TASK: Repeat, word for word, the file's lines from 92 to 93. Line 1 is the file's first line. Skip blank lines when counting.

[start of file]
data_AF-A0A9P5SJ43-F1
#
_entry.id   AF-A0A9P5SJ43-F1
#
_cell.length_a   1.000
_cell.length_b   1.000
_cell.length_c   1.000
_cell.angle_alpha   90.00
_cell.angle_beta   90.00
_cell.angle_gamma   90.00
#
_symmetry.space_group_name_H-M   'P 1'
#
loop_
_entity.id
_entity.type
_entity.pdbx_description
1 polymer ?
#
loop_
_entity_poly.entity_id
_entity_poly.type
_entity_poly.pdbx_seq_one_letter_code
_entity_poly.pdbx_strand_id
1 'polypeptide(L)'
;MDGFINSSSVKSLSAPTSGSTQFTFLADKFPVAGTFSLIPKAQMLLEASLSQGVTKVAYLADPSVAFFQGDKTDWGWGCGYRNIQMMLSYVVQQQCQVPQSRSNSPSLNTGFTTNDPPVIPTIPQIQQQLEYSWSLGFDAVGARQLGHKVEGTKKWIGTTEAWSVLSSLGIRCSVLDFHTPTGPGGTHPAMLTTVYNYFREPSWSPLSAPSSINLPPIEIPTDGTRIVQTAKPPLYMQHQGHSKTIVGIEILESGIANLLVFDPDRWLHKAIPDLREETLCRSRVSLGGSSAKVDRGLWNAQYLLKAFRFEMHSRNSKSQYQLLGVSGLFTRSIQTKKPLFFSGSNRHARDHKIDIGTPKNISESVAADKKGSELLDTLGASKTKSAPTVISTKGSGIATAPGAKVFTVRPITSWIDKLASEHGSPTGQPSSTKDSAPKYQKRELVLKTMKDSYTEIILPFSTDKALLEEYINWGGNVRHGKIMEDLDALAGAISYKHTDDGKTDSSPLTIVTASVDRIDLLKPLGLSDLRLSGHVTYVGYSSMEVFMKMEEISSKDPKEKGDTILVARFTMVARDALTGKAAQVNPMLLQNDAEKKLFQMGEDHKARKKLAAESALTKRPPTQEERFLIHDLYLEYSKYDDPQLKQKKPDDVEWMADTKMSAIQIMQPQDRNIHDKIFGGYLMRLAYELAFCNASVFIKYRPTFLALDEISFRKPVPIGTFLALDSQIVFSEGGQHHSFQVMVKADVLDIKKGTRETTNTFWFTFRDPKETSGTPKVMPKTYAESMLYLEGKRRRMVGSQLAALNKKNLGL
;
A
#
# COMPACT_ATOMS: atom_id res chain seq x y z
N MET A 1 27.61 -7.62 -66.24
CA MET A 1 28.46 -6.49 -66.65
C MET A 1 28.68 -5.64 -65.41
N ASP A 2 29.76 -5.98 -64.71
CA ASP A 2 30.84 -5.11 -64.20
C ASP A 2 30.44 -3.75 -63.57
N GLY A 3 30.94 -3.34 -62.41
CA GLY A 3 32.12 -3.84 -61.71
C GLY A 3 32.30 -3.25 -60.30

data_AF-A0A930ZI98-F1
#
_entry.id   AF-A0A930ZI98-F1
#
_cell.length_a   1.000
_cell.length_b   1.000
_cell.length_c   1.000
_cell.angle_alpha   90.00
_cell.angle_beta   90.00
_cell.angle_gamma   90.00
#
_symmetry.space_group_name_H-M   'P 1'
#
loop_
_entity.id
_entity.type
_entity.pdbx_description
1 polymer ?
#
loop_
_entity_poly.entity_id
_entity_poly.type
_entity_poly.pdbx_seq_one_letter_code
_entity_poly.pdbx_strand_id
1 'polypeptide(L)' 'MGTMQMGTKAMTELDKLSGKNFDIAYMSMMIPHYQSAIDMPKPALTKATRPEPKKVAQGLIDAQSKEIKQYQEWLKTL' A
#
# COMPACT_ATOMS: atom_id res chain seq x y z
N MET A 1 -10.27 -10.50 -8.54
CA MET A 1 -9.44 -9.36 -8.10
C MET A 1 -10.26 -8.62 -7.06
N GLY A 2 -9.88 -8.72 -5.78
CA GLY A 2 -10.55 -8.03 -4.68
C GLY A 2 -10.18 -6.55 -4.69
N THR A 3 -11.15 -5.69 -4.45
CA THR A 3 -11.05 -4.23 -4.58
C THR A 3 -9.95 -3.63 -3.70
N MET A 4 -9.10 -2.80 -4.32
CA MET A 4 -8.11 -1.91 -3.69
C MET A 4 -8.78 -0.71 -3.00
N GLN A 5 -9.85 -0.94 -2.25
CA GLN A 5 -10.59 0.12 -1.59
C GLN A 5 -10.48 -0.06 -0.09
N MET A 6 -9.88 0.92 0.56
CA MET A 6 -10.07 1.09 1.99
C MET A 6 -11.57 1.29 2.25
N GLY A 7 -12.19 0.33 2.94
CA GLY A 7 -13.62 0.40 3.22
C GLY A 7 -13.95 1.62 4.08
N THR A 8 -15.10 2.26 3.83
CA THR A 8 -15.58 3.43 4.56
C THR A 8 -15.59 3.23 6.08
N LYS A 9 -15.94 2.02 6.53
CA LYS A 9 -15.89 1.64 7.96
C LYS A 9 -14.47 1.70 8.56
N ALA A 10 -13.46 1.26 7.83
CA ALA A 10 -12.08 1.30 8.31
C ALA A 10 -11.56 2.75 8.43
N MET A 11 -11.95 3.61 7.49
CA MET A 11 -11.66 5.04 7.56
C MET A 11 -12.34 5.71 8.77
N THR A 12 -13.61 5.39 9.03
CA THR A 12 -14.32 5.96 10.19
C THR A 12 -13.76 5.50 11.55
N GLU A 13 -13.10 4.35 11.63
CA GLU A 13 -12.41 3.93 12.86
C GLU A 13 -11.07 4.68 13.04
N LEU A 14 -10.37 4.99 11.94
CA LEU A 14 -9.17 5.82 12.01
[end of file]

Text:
CA LYS A 9 -15.89 1.64 7.96
C LYS A 9 -14.47 1.70 8.56